Financial markets are where financial assets and instruments – such as stocks, bonds, shares, equities, foreign exchange and commodities – are created, traded and distributed. As such, working there is mostly about finding solutions that generate revenue. Financing or hedging an array of clients, including corporations, financial institutions and even governments, is also part of the job.
Experts achieve this by offering analyses and fixes to financial problems, including resources for clients to trade various securities and assets for greater liquidity, much like instant cash.
Businesses in markets primarily make money through trading margins and fees, as well as proprietary speculation. As such, trading, sales and conducting thorough research are the three essential components in this field.
Networking and relationship management are also especially important in this line of work, not just for picking up opportunities to obtain valuable information, but to also gain insights on what clients are up to, a more accurate comprehension of the markets, and sometimes, even unreleased intelligence. These can lead to additional income or clue experts in on profitable transactions.
Traders start the day early – usually 7AM – to keep up with the opening of the markets, and subsequently spend their time connecting with clients and other traders, exchanging information and making deals. They also spend a lot of time booking trades and advising salespeople and interested investors.
Sales staff start the day slightly later, and focus on establishing and managing relationships between the firm and its investors. They interact mainly with external financiers. On top of suggesting and making financially profitable deals and persuading clients to invest, salespeople also liaise with traders on clients’ behalf to ensure that the agreed transactions are successfully carried out.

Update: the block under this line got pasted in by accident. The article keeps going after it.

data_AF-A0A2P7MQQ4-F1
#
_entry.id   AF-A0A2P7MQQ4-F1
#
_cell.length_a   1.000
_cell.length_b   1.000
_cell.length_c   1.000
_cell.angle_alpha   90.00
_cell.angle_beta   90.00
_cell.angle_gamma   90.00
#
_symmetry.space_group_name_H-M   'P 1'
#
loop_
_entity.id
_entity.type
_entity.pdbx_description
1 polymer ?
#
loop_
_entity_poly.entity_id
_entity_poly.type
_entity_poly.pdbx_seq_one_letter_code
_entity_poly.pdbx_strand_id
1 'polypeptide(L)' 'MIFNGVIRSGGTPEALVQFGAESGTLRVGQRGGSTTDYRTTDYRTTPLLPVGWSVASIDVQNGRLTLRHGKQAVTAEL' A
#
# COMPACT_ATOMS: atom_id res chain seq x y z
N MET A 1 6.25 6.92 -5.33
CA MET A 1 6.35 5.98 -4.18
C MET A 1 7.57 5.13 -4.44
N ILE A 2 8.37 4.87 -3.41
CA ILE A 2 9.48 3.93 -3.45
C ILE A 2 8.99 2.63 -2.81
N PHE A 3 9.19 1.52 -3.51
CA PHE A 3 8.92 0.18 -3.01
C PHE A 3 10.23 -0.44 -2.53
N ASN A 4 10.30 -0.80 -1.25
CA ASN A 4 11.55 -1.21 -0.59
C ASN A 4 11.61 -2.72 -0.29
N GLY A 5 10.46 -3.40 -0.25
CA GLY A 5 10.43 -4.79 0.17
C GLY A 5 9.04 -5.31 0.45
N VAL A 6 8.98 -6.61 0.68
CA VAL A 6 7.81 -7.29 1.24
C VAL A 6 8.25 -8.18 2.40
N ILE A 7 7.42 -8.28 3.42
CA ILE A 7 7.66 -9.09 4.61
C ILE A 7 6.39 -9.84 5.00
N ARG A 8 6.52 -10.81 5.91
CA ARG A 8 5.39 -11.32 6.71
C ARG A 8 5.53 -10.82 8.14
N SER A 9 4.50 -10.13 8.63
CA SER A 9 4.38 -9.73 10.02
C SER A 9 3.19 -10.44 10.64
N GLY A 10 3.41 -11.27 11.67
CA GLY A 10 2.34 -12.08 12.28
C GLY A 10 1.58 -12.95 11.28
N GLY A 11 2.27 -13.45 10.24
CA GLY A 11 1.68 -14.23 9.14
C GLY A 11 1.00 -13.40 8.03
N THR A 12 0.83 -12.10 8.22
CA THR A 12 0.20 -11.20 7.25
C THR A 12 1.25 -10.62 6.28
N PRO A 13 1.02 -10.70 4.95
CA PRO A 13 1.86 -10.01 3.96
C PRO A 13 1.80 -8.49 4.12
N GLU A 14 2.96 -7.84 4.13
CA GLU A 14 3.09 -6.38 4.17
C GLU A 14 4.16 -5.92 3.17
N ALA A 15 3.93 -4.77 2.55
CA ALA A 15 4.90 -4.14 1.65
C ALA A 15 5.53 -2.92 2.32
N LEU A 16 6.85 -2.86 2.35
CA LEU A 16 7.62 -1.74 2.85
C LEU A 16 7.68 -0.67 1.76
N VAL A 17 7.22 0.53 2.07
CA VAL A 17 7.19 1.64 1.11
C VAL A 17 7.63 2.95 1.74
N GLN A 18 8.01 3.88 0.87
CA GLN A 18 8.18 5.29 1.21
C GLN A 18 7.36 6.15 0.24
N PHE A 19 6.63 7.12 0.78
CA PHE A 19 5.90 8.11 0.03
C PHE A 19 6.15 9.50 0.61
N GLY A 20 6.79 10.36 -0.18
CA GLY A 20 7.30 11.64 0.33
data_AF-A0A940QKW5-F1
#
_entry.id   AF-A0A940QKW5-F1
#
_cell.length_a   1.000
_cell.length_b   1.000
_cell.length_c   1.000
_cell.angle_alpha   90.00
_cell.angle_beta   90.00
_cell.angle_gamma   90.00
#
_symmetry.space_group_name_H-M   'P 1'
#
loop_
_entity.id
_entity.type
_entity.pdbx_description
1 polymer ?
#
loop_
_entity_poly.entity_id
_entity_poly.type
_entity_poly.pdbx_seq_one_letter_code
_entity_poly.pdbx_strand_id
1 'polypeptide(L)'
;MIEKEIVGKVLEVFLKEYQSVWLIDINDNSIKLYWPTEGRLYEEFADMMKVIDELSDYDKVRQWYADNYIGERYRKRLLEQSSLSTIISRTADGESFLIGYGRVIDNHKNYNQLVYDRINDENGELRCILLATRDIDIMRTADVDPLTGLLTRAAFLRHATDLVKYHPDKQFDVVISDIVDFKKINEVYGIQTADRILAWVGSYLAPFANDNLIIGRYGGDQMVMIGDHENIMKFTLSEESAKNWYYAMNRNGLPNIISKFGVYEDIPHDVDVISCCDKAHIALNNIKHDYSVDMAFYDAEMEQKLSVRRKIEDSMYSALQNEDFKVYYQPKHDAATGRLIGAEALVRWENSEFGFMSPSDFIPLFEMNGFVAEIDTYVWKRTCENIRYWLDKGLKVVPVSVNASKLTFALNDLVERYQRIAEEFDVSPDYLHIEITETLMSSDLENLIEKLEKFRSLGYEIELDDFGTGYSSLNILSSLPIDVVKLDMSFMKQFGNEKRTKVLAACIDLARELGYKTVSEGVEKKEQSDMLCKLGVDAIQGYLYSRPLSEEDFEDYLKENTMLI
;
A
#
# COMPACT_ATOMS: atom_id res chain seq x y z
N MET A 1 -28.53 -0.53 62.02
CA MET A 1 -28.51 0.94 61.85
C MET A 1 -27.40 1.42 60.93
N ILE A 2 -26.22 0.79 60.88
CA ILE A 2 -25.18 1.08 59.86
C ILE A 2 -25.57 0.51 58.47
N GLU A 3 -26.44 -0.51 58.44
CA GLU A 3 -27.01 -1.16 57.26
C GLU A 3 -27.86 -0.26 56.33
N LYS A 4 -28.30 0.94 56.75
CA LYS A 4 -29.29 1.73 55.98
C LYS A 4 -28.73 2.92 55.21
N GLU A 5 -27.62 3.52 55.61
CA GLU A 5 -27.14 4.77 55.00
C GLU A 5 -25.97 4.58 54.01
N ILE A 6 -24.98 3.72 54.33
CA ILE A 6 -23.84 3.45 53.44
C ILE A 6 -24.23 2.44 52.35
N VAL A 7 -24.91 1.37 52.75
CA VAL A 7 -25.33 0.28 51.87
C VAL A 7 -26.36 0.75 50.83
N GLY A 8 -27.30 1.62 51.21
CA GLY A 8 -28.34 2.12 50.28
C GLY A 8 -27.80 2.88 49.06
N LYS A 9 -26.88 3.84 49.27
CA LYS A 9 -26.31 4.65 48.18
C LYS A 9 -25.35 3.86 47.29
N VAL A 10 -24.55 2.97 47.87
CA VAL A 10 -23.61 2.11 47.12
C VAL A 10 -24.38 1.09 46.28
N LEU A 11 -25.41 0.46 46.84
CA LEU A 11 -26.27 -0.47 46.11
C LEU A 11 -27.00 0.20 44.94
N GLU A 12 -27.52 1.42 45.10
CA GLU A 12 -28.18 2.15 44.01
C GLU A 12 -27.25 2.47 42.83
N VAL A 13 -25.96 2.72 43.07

Research staff, by contrast, react to what happens once traders start exchanging products – which means they begin working even later than members of the trading and sales teams. Researchers usually spend their days making observations and recommendations based on ongoing trends in the markets, and pass this data on to co-workers in trading and sales to help them make more informed decisions.
With the exception of positions that deal with complicated financial products and calculations, employers don’t necessarily require finance or mathematical degrees. Basic numeracy skills will usually suffice, though applicants must be accurate.
Employers look out for talents with excellent communication skills, and who also have the ability to build strong relationships and connect easily with other people – most positions usually involve plenty of internal and external communication.
Because competition can be very fierce, an internship offers a head-start and industry insights that can allow hopefuls to hit the ground running in this intense role.
Pros & cons
This field is dynamic, exciting and comes with long hours. Moreover, it’s undeniably stressful and risky, with even a single mistake having a chance to incur high losses.
But other than the heady excitement and energy on the trading floor, graduates are drawn to the opportunities to network widely and travel as seasoned professionals post-pandemic.